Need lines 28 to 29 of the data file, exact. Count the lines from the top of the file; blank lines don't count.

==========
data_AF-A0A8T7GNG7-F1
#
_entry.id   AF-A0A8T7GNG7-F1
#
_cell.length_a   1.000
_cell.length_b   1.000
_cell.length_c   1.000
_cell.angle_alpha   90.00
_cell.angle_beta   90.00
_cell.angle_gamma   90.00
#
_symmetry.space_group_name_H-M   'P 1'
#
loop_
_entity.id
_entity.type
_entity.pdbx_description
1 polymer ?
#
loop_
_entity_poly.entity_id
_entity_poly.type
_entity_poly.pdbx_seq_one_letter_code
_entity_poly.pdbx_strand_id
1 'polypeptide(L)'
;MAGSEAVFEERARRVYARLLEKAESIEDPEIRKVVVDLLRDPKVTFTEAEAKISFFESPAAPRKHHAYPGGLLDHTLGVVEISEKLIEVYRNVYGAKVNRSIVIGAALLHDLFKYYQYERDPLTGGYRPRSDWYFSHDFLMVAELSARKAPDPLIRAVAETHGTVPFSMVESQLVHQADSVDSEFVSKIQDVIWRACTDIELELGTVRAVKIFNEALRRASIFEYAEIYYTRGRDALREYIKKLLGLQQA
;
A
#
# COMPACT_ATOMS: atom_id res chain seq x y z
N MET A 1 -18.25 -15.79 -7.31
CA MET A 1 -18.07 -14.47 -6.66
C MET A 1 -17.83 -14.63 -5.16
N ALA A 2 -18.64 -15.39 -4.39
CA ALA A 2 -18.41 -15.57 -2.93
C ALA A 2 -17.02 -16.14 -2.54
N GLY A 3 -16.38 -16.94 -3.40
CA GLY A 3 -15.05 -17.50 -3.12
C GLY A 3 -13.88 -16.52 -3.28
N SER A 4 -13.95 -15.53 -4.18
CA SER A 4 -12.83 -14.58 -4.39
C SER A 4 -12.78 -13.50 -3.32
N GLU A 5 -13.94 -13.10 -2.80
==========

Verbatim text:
A
#